Sculpture gardens provide the opportunity to mix still life with a little bit of portraiture. While the human-shaped sculptures don’t take direction and each only provides one pose, the artist has already performed some of the work in terms of evoking an expression.
I met Michelle in the middle of the day to see what we could each get from the Grounds For Sculpture, a 42-acre park in Hamilton, New Jersey. The afternoon sun provided some harsh lighting, and with the sweltering heat, I wasn’t feeling the urge to carry too much equipment. I settled for the Canon EOS 5D Mark III with the Sigma 24-70mm f/2.8 IF EX DG HSM AF and the Canon EOS 1D Mark III with the Canon EF 70-200mm f/2.8L IS II ISM. I dragged along no lighting equipment except for an on-camera Speedlite flash used sparingly.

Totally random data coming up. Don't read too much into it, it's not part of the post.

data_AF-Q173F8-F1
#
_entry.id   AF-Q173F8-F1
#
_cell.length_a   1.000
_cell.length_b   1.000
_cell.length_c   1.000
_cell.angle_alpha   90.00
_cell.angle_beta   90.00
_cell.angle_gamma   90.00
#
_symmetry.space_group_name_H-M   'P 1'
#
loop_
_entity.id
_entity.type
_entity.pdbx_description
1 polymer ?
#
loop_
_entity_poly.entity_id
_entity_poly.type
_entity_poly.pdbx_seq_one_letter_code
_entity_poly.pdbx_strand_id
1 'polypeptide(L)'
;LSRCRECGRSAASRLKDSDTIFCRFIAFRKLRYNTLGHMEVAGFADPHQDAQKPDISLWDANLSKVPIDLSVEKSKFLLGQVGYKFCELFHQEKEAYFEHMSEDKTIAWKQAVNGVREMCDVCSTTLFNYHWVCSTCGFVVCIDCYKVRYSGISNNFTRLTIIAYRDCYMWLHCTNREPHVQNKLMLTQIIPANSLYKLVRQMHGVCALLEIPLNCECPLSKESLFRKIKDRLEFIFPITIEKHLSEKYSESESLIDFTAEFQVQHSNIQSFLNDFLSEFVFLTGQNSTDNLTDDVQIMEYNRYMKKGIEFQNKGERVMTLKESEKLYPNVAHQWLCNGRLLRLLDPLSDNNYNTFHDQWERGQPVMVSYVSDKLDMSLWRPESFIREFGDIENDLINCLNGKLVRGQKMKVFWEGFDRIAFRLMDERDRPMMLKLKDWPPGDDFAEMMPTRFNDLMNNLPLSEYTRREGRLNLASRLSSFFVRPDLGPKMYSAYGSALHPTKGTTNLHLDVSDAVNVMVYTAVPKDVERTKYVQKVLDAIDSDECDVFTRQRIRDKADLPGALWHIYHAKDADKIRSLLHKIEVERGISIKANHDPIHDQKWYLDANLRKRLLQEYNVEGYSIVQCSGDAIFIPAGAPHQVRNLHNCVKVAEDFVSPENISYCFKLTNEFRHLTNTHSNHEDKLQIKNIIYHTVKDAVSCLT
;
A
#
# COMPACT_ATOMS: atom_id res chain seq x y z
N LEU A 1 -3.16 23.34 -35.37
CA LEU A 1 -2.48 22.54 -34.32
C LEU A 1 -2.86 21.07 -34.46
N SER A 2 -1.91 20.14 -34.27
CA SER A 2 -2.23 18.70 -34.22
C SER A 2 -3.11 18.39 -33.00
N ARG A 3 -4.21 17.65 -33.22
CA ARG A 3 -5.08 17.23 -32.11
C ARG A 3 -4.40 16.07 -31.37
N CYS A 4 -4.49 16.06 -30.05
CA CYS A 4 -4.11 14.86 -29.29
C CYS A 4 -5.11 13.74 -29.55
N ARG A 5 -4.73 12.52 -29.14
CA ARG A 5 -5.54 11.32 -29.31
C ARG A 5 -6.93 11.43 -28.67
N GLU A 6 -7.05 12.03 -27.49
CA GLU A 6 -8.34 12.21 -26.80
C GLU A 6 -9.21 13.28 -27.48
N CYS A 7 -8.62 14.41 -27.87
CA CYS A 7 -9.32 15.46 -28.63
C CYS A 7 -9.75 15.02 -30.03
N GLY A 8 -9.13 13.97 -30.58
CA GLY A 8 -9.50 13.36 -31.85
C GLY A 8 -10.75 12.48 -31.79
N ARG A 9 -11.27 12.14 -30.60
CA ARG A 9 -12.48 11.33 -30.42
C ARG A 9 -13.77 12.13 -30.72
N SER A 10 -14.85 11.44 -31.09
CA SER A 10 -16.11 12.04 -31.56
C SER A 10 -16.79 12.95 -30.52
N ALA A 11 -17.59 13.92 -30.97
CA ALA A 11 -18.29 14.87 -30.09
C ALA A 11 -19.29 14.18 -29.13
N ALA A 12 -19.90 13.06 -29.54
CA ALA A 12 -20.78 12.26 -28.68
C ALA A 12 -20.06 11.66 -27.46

Many of the sculptures on the grounds are influenced by the French Impressionists. For example, one brings Manet’s Le déjeuner sur l’herbe to life, while the park also includes a man-made replica of Monet’s garden at Giverny, with a bridge over a pond of waterlilies.
It’s kitschy, but fun, and makes me consider the strange idea that a 21st-century photographer is observing a 20th-century sculptor who mimicked 19th-century painters. Time travel is possible.
The colors of the sculptures are generally subdued and dull. I thought it would be interesting to do most of the photography in black and white, though I’ve let a few remain in color. (I shot in color and applied black-and-white filters digitally.)
I’ve known Michelle since high school, and I’m excited to see her become more interested in photography. Michelle’s photographs from Grounds For Sculpture are on Flickr, while mine are below.
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About digital prints. Chromira prints are produced by a high-quality print shop in the Princeton area. Metal prints and canvas prints are produced in New York City.